This happened during the standing restart of the race, which saw Hamilton line up behind Red Bull’s Sergio Perez. Lewis immediately overtook Perez to take P1, but proceeded to go off the track into the runoff area, after his car suffered a lock-up.
It was later revealed this was caused by the Briton accidentally pushing Mercedes’ ‘brake magic’ button, which is used to help drivers generate heat into the brakes during practice laps, the formation lap, or under a Safety Car.
In Mercedes’ Azerbaijan Grand Prix debrief, Mercedes Technology Director Mike Elliott explains happened.
“At the start, at the beginning of the race we are not actually allowed to talk to the drivers,” Elliott said.
“So, we can’t talk them through the settings they need to change. So, as a result of that we try and simplify things as much as we possibly can.
“We try to produce tools the drivers can use, that reduces the workload they have to go through because there is a huge amount for them to do.
“One of the buttons we’ve got, it’s called ‘brake magic’, to be honest, I don’t know why we call it ‘brake magic’, is a button that the drivers can press and that allows them to get heat into the brakes.
“One of the big things it does is it moves the brake balance, so the proportion of the front brake energy to the rear brake energy all the way as far forward as we can get it and that allows us to put heat into the front brakes and therefore heat into the rims and into the tyres.
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“So, Lewis had done all the right things, he got the car to the grid, he switched off the various buttons and settings he needed to switch off, switched on the ones he needed to switch on, it was all set to start the race properly.
“He made a fantastic start, he got himself up alongside Perez and as he and Perez were sort of shuffling position Lewis swerved and in the process of swerving he just clipped the magic button and unfortunately he didn’t feel he had done it.
“So, he had completely no awareness he was going to have a problem. The point he then braked, which was the normal point for him to brake, he was in the position where he got all of the brake balance shifted forward, which put all of the load through the front tyres and as a consequence they locked and from that point there was nothing that he could do than go wide.”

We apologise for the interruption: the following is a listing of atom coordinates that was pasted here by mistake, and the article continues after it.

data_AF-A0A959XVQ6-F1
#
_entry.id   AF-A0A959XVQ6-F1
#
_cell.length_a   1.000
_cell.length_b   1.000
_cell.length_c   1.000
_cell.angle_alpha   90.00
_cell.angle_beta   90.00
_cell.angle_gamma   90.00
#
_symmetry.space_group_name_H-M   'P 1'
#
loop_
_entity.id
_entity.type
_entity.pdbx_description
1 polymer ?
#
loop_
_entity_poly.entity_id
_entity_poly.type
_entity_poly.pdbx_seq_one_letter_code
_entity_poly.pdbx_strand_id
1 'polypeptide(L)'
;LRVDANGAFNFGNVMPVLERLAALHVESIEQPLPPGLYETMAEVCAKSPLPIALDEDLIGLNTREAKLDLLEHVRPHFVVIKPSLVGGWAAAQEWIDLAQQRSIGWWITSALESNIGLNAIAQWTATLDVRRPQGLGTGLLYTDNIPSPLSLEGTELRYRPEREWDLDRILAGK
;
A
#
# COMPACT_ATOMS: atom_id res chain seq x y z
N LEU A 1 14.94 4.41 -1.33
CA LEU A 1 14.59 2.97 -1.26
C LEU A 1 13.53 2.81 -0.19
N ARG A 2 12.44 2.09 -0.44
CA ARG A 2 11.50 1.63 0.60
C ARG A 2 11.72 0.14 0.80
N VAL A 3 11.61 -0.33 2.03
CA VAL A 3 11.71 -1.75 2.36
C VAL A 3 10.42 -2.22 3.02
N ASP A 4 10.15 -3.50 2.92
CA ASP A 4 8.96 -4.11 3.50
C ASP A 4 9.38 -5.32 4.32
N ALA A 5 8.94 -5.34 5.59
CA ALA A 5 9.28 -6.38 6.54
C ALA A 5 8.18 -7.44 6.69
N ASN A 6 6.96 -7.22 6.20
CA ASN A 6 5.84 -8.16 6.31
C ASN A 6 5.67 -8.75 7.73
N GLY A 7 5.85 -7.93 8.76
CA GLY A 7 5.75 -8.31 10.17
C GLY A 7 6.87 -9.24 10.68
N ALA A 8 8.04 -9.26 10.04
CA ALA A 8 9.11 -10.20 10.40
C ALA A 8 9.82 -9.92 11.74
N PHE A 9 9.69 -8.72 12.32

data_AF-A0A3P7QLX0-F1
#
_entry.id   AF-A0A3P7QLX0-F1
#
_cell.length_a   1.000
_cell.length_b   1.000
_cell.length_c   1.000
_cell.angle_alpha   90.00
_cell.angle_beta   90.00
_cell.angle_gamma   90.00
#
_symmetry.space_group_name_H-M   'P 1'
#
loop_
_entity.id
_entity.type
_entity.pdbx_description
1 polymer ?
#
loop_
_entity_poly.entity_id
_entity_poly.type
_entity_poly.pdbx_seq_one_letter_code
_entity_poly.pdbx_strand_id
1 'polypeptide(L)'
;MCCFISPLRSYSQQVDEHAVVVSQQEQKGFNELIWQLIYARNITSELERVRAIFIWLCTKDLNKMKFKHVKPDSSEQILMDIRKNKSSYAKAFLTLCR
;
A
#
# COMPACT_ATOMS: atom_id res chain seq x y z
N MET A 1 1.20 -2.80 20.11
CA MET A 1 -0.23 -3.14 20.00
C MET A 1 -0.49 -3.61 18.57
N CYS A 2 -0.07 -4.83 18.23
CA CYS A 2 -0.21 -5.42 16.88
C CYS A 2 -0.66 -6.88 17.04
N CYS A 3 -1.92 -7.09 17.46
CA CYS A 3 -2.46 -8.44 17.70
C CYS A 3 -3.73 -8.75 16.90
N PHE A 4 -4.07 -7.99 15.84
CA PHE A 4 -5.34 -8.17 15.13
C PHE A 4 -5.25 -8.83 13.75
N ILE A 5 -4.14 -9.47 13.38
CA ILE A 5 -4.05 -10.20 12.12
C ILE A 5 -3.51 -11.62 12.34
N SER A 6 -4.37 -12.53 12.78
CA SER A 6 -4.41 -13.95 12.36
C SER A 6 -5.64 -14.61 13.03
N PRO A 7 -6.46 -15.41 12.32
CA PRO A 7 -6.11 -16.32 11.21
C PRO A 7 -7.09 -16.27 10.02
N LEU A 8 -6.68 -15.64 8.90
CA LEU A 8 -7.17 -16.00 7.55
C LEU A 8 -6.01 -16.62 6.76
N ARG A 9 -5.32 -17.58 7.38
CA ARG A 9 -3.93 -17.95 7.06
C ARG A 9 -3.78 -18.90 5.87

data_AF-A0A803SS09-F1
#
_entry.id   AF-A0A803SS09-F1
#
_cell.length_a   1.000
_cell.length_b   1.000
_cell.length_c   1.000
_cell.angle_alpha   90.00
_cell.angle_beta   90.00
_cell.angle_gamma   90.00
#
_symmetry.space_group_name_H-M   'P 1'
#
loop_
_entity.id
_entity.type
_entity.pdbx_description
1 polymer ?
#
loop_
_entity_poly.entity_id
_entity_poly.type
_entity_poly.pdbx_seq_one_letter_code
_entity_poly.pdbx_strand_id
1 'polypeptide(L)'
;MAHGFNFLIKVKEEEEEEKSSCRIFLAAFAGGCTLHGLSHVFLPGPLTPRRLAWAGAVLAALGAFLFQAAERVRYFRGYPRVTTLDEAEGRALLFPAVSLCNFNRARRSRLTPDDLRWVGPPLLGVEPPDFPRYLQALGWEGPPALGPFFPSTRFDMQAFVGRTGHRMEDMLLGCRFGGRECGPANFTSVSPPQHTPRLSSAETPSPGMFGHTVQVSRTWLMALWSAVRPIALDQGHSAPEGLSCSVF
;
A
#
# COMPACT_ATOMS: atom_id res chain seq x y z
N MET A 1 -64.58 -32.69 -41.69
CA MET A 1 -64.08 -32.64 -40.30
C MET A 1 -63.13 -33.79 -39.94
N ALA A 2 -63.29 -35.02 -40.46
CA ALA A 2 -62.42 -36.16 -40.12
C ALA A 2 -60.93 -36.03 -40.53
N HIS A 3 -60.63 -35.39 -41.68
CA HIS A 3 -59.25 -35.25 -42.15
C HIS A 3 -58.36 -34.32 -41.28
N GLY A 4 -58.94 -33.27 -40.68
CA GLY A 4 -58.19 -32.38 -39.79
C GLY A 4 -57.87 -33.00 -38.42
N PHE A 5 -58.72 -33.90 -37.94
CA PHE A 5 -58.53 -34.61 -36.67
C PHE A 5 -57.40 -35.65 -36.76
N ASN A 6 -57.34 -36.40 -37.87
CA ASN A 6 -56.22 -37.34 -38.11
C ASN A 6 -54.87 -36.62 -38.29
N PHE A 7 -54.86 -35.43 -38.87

Although Lewis apologized to Mercedes for his ‘mistake’, Elliot says the team is also partly to blame.
“I know speaking to Lewis yesterday that Lewis sort of feels a chunk of blame for that, but the reality is Lewis makes so few mistakes and that’s what really sets him apart from some of the other drivers.
“It’s our duty to try and give him a car where it’s more difficult for him to make mistakes. We need to take our share of that, look at how we can improve that and that’s something we will put in place for the next race.”
Before the race restart Hamilton’s brakes were smoking heavily, so a lot of people assumed this was the cause of the fateful lock-up, but Elliot confirms this was not the case.
“The drivers are trying to get the tyres in the optimal window for the start, they are trying to do lots of other things on that lap to the grid, but in trying to get the tyres to the optimal state what they need to do is to put heat into them.
“On the rears, it is relatively easy, the drivers spin the wheels up and therefore they put surface temperature in that way. On the fronts, the driver will weave, or he will put heat in it from the brakes.
“So, Lewis was trying to maximise the heat he was pushing into the rim from the brakes and that caused them to get hot enough that they smoked.
“It is not an issue at all because as soon as the car gets going and the air flow starts coming through the brake ducts the brakes will then cool down again and that’s completely fine.
“And so that wasn’t the issues that Lewis then had at the first corner, it is completely something different,” concluded Mercedes’ Technology Director.